William B. Hartsfield

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William B. Hartsfield
William B. Hartsfield 1961.jpg
Hartsfield in 1961
49th & 51st Mayor of Atlanta
In office
1942–1962
Preceded byGeorge B. Lyle Acting
Succeeded byIvan Allen Jr.
In office
1937–1941
Preceded byJames L. Key
Succeeded byRoy LeCraw
Personal details
Born
William Berry Hartsfield

March 1, 1890
Atlanta, Georgia, U.S.
DiedFebruary 22, 1971 (aged 80)
Manhattan, New York City, New York, U.S.
Political partyDemocratic
Spouse(s)(1) Pearl Williams Hartsfield (married 1913-1962, divorced)
(2) Tollie Bedenbaugh Tolan Hartsfield
ChildrenWilliam B. Hartsfield Jr.

Mildred Hartsfield

Carl Tolan Hartsfield (adopted)

William Berry Hartsfield Sr. (March 1, 1890 – February 22, 1971), was an American politician who served as the 49th and 51st Mayor of Atlanta, Georgia. His tenure extended from 1937 to 1941 and again from 1942 to 1962, making him the longest-serving mayor of his native Atlanta, Georgia.[1]

Early career[edit]

Hartsfield worked as a clerk while reading law for the law firm of Rosser, Brandon, Slaton & Phillips beginning in 1916.[2] Hartsfield entered politics in 1922 by winning a city alderman seat.[1] He served two terms in the Georgia House of Representatives during the 1930s.[1]

Mayor of Atlanta[edit]

William B. Hartsfield was first elected Mayor of Atlanta in January 1937.[1] Upon taking office, the city was $3 million in debt, due to the Great Depression.[1] Hartsfield quickly turned around the city's finances, but lost re-election in 1940.[1] The man who defeated Hartsfield, Roy LeCraw, served just one year as mayor, before being drafted into the United States Army.[1] Hartsfield won election in 1941, and remained in office until 1961.[1]

Biographer Harold Martin described Hartsfield as "a man fanatically addicted to the media." By the mid-1950s, he owned eight radios, three television sets, a combination radio-phonograph, a high-fidelity record player, a wire recorder, and a tape recorder. "This way," Hartsfield told an interviewer, "I can keep up all the time with what's going on in Atlanta and all the world. I tell people I'm an electronic mayor. Actually, I'm just a gadget bug."[2]

Mayor Hartsfield with Portsmouth, New Hampshire Mayor Andrew Jarvis in 1958

In an obituary for him, the New York Times credited Hartsfield with developing Atlanta into a national aviation center.[1] He was lauded by the Upper Chattahoochee Development Association in 1957 for his work in promoting the Buford Dam. The dam helped create a source of water, Lake Lanier for the Atlanta metropolitan area.[2]

Hartsfield received an honorary degree in Doctor of Laws from Oglethorpe University in 1961.[3]

Race[edit]

The New York Times called Hartsfield a "racial moderate," highlighting his slogan "Atlanta is a city too busy to hate," which he often repeated during the civil rights struggles of the 1950s.[1] In 1957, he won election to his last term as mayor by defeating the staunch segregationist and future Governor Lester Maddox.[2]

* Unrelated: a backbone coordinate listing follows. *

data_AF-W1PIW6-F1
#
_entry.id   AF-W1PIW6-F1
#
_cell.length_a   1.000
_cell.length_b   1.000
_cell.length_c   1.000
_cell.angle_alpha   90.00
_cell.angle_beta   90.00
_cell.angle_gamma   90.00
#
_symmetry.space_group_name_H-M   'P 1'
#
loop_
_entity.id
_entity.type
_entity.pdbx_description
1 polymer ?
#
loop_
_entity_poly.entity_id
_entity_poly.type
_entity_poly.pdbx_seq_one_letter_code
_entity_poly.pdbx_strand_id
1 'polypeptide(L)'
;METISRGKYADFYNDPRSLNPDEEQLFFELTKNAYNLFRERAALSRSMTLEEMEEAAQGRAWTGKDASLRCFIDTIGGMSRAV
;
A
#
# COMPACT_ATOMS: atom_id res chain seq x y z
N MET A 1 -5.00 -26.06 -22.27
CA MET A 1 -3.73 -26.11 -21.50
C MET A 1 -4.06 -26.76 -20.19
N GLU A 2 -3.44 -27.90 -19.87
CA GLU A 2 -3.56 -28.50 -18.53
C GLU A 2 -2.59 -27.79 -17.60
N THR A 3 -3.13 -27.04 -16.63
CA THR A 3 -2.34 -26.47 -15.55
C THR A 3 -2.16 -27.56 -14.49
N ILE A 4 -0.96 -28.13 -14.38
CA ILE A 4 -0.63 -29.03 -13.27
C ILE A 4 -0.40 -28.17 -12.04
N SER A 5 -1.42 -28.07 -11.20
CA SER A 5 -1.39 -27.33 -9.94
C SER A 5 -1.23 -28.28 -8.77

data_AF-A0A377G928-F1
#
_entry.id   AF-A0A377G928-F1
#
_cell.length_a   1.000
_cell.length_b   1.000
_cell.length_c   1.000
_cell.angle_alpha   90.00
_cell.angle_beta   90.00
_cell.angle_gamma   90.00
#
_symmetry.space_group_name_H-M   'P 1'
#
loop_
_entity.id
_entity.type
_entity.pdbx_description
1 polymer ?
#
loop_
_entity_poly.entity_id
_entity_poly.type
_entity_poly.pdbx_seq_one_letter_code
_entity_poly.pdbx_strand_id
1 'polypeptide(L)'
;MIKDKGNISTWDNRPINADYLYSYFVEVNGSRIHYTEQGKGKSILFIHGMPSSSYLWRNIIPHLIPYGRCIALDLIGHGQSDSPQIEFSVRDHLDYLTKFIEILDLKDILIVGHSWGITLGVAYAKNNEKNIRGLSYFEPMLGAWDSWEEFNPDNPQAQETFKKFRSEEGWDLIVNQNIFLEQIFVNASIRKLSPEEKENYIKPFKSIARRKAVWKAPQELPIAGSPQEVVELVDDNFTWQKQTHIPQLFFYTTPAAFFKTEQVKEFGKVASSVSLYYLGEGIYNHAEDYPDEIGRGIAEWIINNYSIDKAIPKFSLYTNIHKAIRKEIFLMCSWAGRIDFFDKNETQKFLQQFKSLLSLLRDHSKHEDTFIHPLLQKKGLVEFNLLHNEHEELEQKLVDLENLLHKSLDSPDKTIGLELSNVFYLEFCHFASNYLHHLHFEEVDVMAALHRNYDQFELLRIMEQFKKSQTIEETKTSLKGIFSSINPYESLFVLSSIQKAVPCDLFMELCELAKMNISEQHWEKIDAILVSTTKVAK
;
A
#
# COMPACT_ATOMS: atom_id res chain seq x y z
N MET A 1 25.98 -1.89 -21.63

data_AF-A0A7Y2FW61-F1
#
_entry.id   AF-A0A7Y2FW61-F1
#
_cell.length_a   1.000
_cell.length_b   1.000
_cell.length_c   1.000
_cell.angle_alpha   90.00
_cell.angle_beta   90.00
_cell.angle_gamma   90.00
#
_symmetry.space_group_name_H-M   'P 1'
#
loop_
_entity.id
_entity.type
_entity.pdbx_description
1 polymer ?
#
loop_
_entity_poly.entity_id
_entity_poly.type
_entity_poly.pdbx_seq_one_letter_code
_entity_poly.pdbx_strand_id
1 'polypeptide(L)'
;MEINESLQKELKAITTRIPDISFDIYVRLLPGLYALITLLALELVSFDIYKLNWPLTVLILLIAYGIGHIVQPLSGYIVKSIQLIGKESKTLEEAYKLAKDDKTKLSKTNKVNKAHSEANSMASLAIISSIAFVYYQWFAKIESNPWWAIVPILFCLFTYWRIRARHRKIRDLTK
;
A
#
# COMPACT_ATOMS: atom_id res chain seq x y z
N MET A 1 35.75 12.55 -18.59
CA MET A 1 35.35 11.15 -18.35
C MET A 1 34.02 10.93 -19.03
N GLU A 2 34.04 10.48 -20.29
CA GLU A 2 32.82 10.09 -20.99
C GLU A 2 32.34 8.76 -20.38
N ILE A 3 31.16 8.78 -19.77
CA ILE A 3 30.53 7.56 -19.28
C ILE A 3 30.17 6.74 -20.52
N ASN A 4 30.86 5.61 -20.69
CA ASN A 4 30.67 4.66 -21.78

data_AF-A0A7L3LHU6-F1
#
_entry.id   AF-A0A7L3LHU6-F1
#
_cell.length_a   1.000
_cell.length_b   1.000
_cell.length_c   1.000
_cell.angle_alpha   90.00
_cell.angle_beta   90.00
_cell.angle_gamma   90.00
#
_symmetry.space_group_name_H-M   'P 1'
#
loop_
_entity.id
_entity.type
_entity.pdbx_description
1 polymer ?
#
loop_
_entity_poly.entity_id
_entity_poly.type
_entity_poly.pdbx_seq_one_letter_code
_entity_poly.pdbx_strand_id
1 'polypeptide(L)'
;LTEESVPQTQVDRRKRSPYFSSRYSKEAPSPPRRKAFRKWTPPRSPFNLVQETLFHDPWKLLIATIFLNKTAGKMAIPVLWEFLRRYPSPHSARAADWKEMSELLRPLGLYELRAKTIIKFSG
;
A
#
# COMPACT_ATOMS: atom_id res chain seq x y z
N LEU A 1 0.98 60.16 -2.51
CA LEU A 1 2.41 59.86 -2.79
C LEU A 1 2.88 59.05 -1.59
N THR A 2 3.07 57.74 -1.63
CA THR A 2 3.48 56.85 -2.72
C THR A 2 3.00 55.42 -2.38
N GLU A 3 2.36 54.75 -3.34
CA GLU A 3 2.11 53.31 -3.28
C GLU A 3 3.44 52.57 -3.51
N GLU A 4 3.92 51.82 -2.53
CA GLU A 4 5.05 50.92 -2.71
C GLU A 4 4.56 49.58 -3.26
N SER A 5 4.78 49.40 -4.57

Before Christmas 1955, Hartsfield ordered Atlanta's city golf courses be opened to Black golfers.[2]

Throughout much of the 1940s, Hartsfield pushed for Atlanta to annex a number of predominantly white suburbs, fearing that Atlanta's "Negro population is growing by leaps and bounds," resulting in the loss of "white territory inside Atlanta," and hoped that the inclusion of these suburbs would prevent the city's black population from becoming a "potent political force in Atlanta."[4] While residents of these suburbs rejected annexation in a 1947 referendum, legislation was passed which annexed these communities in 1952, tripling Atlanta's area, and adding 100,000 new residents to the city.[4]

Legacy[edit]

Willie B., a gorilla that became a popular attraction at Zoo Atlanta for decades, was named for Hartsfield.

Hartsfield–Jackson Atlanta International Airport is named in Hartsfield's honor as well as a later mayor, Maynard Jackson, who led the modernization of the airport in the 1970s.

References[edit]

  1. ^ a b c d e f g h i j "William B.Hartsfield, 80, Dies; Atlanta's Mayor for 23 Years". The New York Times. 1971-02-24. ISSN 0362-4331. Archived from the original on 2021-12-02. Retrieved 2021-12-01.
  2. ^ a b c d e Martin, Harold H. (1978). William Berry Hartsfield, Mayor of Atlanta. Athens: University of Georgia Press. ISBN 0-8203-0445-X. OCLC 3649881.
  3. ^ "Honorary Degrees Awarded by Oglethorpe University". Oglethorpe University. Archived from the original on 2015-03-19. Retrieved 2015-03-13.
  4. ^ a b Johnson, Larry (2016-05-20). "The 1952 Atlanta Annexations". cobbcountycourier.com. Archived from the original on 2021-09-28. Retrieved 2021-12-01.
  • Charlie Brown Remembers Atlanta (1982), Charles M. Brown, R. L. Bryan Company
  • Williams, Louis. 2002. "William B. Hartsfield (1890-1971)". New Georgia Encyclopedia. Georgia Humanities Council. [1]

External links[edit]

Further reading[edit]

Preceded by Mayor of Atlanta
1937–1941
Succeeded by
Preceded by Mayor of Atlanta
1942–1962
Succeeded by